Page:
The traditional music of Thailand has its origins from China and India and has historical influences from Persia, Indonesia, Greece and Africa. The music style started to flourish from the year 1350 onwards. Thai music is still evolving and in the 20th century, Western style music was introduced to Thailand which slowly became more popular than the traditional music. Modern-day Thai music consists mainly out of Pop Music.

Despite the change in music style, the traditional music is still seen as an important aspect of Thai culture and the Thai government has started several programs to preserve the cultural heritage. Traditional Thai music is still played at Royal and religious ceremonies.

The Chakhe

The name of this instrument means “crocodile” because of its peculiar shape. This string instrument is about 130-140 cm long and placed flat on the floor for convenience. The strings are plucked with a plectrum made from ivory or water buffalo horn, which is tied to the player’s index finger.

Saw Sam Sai

The Saw Sam Sai is a bow instrument with three strings and has a sharp high tone. The instrument is often played solo.


This percussion instrument has 21 or 22 wooden bars suspended over a boat shaped resonator. The instrument is played with two mallets and is used to play the main melody.

Khong Wong Yai

This is another instrument to play the main melody. The instrument has 16 kattles and is played with two mallets. There is also the smaller version, Gong Wong Lek which has a higher pitch.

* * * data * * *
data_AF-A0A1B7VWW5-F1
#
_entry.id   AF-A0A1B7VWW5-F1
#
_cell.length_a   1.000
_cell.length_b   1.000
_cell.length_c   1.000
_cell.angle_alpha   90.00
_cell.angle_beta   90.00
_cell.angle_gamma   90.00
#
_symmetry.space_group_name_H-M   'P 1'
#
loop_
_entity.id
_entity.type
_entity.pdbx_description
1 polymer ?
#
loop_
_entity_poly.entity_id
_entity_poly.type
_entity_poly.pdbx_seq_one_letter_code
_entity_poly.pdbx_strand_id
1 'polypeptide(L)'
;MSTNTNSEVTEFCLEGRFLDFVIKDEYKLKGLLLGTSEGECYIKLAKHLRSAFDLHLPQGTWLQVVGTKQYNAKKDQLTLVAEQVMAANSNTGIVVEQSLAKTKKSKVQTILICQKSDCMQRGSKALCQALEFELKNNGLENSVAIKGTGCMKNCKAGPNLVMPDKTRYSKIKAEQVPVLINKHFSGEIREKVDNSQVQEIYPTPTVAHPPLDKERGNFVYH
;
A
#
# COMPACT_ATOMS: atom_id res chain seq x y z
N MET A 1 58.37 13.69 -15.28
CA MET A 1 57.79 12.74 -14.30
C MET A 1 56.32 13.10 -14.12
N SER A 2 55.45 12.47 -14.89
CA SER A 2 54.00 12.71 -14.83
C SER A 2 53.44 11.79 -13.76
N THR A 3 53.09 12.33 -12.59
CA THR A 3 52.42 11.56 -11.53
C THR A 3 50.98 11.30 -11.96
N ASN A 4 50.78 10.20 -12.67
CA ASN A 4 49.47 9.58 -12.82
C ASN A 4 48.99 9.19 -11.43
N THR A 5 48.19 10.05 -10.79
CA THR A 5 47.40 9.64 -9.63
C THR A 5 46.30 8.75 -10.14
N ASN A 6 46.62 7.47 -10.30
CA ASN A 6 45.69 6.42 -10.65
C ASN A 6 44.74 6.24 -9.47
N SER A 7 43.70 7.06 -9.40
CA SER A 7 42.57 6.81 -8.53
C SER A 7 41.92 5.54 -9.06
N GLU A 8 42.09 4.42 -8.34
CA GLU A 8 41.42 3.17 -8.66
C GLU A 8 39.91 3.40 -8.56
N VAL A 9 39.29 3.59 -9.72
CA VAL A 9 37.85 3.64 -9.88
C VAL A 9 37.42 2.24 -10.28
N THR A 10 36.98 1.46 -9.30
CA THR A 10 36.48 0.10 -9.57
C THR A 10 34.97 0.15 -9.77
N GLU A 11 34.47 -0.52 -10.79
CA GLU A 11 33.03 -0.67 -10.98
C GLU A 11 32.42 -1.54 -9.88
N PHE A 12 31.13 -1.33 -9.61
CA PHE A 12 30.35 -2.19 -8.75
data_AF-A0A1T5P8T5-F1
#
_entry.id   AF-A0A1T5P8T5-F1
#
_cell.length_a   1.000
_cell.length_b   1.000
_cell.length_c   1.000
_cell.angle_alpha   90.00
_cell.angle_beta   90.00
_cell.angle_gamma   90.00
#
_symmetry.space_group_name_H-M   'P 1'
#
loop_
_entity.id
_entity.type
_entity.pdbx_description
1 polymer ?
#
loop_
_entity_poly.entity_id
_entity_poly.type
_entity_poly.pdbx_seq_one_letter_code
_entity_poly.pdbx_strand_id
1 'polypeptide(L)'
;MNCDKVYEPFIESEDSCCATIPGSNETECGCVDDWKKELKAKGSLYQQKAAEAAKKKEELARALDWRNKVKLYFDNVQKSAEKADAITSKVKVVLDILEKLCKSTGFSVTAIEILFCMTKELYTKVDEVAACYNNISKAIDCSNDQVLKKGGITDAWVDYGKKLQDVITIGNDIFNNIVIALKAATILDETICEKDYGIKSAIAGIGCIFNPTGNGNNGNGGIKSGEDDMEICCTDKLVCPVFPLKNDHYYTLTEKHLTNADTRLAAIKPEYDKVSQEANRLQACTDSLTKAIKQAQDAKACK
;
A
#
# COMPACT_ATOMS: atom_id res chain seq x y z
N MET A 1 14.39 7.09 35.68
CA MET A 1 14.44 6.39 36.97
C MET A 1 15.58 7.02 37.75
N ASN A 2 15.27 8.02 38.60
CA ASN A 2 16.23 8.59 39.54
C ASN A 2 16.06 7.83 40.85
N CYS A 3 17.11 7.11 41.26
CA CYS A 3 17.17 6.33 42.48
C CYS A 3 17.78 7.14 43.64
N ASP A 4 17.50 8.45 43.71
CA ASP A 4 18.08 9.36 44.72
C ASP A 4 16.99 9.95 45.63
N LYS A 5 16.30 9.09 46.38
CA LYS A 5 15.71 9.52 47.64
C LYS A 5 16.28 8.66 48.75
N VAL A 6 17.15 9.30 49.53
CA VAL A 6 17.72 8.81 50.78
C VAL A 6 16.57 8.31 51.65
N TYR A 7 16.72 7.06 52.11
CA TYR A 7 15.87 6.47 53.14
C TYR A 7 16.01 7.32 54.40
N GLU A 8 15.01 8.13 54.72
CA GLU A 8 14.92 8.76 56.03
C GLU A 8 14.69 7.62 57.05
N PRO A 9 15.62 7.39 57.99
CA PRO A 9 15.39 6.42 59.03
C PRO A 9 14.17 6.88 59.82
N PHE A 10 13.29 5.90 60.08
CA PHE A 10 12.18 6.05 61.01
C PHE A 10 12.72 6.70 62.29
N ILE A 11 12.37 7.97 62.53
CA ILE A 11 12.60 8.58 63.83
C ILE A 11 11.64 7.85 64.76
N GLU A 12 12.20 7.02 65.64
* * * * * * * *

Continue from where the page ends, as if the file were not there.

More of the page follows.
Klong Khaek

The Klong khaek is a drum which is played with the hands. There are two types of klong khaek: klong khaek tua phu (which is considered to be male) and klong khaek tua mia (female). They are always played in a pair, usually by two players, although if two players are not available a single player may play both drums.

Klong Thap

This small goblet shaped drum is played by striking it with the hand and used to provide rythm.


The khim is made of wood, with brass strings that are laid across the instrument. There are 14 groups of strings on the khim, and each group has 3 strings. Overall, the khim has a total of 42 strings. It is played with two flexible bamboo sticks with soft leather at the tips to produce the soft tone. It is used as both a solo and ensemble instrument. Tuning this instrument is very easy but time consuming. The khim produces a bright and expressive sound when played.

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